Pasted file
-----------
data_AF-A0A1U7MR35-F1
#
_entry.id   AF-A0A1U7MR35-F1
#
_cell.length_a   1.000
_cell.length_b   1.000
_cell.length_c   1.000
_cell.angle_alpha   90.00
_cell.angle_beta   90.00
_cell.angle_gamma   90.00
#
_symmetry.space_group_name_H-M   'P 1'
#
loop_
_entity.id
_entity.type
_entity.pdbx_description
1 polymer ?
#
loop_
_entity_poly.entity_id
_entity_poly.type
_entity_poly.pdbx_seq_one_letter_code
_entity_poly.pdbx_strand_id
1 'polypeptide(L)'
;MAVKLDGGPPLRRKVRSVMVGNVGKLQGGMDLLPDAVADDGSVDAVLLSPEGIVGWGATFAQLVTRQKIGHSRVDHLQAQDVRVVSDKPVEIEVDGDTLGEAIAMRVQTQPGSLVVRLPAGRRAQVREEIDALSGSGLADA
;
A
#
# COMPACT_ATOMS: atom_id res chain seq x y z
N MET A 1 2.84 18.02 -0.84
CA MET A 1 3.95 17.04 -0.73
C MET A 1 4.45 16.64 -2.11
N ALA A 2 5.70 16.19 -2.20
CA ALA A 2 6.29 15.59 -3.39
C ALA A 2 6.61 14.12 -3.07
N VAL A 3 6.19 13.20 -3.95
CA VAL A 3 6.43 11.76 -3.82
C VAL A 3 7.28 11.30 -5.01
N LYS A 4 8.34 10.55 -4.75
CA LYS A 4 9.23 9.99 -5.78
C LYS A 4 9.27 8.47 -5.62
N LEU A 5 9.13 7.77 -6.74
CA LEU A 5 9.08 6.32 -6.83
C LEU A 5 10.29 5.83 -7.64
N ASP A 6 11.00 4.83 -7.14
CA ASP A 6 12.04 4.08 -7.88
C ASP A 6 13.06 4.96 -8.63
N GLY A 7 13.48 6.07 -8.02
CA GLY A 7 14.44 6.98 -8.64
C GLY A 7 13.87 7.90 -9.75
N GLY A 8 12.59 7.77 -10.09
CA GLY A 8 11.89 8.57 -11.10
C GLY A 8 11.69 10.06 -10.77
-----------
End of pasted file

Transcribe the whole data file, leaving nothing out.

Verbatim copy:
data_AF-A0A1U7MR35-F1
#
_entry.id   AF-A0A1U7MR35-F1
#
_cell.length_a   1.000
_cell.length_b   1.000
_cell.length_c   1.000
_cell.angle_alpha   90.00
_cell.angle_beta   90.00
_cell.angle_gamma   90.00
#
_symmetry.space_group_name_H-M   'P 1'
#
loop_
_entity.id
_entity.type
_entity.pdbx_description
1 polymer ?
#
loop_
_entity_poly.entity_id
_entity_poly.type
_entity_poly.pdbx_seq_one_letter_code
_entity_poly.pdbx_strand_id
1 'polypeptide(L)'
;MAVKLDGGPPLRRKVRSVMVGNVGKLQGGMDLLPDAVADDGSVDAVLLSPEGIVGWGATFAQLVTRQKIGHSRVDHLQAQDVRVVSDKPVEIEVDGDTLGEAIAMRVQTQPGSLVVRLPAGRRAQVREEIDALSGSGLADA
;
A
#
# COMPACT_ATOMS: atom_id res chain seq x y z
N MET A 1 2.84 18.02 -0.84
CA MET A 1 3.95 17.04 -0.73
C MET A 1 4.45 16.64 -2.11
N ALA A 2 5.70 16.19 -2.20
CA ALA A 2 6.29 15.59 -3.39
C ALA A 2 6.61 14.12 -3.07
N VAL A 3 6.19 13.20 -3.95
CA VAL A 3 6.43 11.76 -3.82
C VAL A 3 7.28 11.30 -5.01
N LYS A 4 8.34 10.55 -4.75
CA LYS A 4 9.23 9.99 -5.78
C LYS A 4 9.27 8.47 -5.62
N LEU A 5 9.13 7.77 -6.74
CA LEU A 5 9.08 6.32 -6.83
C LEU A 5 10.29 5.83 -7.64
N ASP A 6 11.00 4.83 -7.14
CA ASP A 6 12.04 4.08 -7.88
C ASP A 6 13.06 4.96 -8.63
N GLY A 7 13.48 6.07 -8.02
CA GLY A 7 14.44 6.98 -8.64
C GLY A 7 13.87 7.90 -9.75
N GLY A 8 12.59 7.77 -10.09
CA GLY A 8 11.89 8.57 -11.10
C GLY A 8 11.69 10.06 -10.77